The following blog post is the third in our series celebrating the Week of the Young Child (#WOYC18).
Just watch a group of active preschoolers on the playground and it’s easy to see that their growing bodies demand energy. Much of the fuel that allows them to be physically active comes from the food they eat. Unfortunately, many children across the country have limited access to food necessary for healthy development. Approximately one in six households (or 17 percent) with children under age six faced food insecurity in 2015, meaning access to adequate food was limited by lack of money or other resources. Even the country’s youngest children struggle to have access to the food they need: 53 percent of all infants born in the United States are served by the Special Supplemental Nutrition Program for Women, Infants, and Children (WIC), which provides supplemental food and nutrition education to pregnant women and mothers with young children who are low-income or nutritionally at-risk.
A young child living in a food insecure home is unlikely to consistently receive the sufficient nutrients her body and brain need to develop properly. Deprivation of nutrients prevents the child’s brain from fully forming crucial neural connections needed for memory, attention, social skills and the physical demands of childhood. It’s no wonder that young children who are food insecure are more likely to be hospitalized. Children lacking food security also show smaller gains in math and reading from kindergarten through third grade. Even children in families on the cusp of food insecurity have poorer outcomes than their food secure counterparts, including greater risk for developmental delays and overall worse health outcomes.
Given the negative impact that even marginal food insecurity can have on young children, it’s important that food assistance programs remain accessible to everyone who qualifies. Certain current policy proposals threaten access to these programs. The most recent House version of the Agriculture and Nutrition Act of 2018 includes a $20 billion cut in Supplemental Nutrition Assistance Program (SNAP) benefits over 10 years. These cuts would cause more than 1 million low-income households to have their SNAP benefits reduced or ended altogether. Similarly, proposed changes to public charge policies and overall anti-immigrant sentiment have already had a chilling effect on immigrant families’ enrollment in SNAP and WIC. Though the proposed changes would only impact their attempts to gain permanent residency, immigrant parents across the country are cancelling appointments, requesting disenrollment and asking that their records be purged due to fears that participation in food assistance programs will harm their attempts to gain citizenship or may get them deported.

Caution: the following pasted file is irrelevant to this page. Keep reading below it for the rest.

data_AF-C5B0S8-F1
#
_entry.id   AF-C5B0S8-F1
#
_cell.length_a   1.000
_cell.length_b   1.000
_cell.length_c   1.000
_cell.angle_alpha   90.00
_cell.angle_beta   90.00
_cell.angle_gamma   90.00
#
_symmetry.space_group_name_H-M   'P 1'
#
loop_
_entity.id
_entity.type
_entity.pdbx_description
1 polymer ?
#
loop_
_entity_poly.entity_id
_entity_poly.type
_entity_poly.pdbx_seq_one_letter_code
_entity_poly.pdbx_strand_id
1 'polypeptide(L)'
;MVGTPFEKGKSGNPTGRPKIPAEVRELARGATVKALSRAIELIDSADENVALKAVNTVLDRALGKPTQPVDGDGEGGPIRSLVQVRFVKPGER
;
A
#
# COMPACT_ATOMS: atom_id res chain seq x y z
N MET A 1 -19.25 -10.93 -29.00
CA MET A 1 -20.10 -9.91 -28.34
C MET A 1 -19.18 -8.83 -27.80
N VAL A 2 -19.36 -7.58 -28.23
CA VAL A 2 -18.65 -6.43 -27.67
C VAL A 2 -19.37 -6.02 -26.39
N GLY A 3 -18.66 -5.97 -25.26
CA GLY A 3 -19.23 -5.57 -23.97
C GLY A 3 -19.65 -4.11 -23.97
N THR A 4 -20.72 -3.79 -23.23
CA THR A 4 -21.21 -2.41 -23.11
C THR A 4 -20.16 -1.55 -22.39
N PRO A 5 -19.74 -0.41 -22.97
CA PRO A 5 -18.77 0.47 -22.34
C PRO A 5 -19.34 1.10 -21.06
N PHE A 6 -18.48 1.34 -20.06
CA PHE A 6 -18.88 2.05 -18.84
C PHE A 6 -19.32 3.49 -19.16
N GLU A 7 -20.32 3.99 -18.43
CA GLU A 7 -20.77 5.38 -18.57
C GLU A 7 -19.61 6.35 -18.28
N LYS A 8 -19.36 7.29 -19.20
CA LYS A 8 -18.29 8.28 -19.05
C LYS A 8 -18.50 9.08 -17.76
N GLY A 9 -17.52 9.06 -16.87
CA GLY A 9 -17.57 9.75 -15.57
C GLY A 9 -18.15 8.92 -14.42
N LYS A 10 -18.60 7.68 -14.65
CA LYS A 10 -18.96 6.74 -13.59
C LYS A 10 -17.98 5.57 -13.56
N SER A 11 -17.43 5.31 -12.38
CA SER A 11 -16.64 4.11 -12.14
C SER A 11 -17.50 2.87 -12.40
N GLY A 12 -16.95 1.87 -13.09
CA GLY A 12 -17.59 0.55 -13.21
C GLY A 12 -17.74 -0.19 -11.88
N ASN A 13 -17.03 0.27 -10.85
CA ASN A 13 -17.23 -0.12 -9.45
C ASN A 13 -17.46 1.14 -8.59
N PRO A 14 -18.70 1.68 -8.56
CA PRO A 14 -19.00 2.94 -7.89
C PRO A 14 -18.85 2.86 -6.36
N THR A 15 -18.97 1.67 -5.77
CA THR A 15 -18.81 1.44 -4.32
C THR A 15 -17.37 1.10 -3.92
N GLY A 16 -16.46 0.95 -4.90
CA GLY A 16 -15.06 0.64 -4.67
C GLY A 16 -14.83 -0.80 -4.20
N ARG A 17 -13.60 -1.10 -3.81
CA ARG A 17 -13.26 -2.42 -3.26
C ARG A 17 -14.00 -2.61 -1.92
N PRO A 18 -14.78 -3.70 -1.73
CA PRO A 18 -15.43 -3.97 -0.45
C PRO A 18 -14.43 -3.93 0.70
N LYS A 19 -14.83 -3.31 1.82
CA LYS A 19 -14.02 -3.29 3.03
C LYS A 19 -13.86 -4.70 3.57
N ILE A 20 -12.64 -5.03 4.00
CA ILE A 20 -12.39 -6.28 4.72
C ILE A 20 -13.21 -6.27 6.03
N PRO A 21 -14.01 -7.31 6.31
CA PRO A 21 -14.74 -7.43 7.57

CSSP is working with national organizations and directly in communities to help counteract childhood food insecurity. Our Project DULCE deploys family specialists in pediatric clinics to help identify and meet the needs of families with infants. Over a 2 year period, DULCE has connected more than 700 families specifically to nutritional supports. As part of the Protecting Immigrant Families Campaign, CSSP is working with partners such as CLASP and the National Immigration Law Center to push back against policies attempting to restrict or discourage access to programs that help immigrant families meet their most basic needs.
The good news is that there are several ways early childhood stakeholders can help combat child food insecurity through the unique roles they play. Early care and education providers, including home-based and center-based child care providers, can work with local SNAP, WIC and other food program offices to get parents information about programs for which they or their children may qualify. Local child care licensing agencies can work with food access organizations to help more child care providers become Child and Adult Care Food Program (CACFP) providers, which allows more children to receive nutritious meals and snacks right in their child care settings. States agencies that administer the Child Care and Development Fund can align their child care Quality Rating and Improvement System standards with those of CACFP to streamline the monitoring process of child care providers. These are just some of many options to combat food insecurity in young children. For more information about food insecurity in early childhood and CSSP’s recommendations to address the issue, see our policy brief.
Erin Robinson is a policy analyst at CSSP.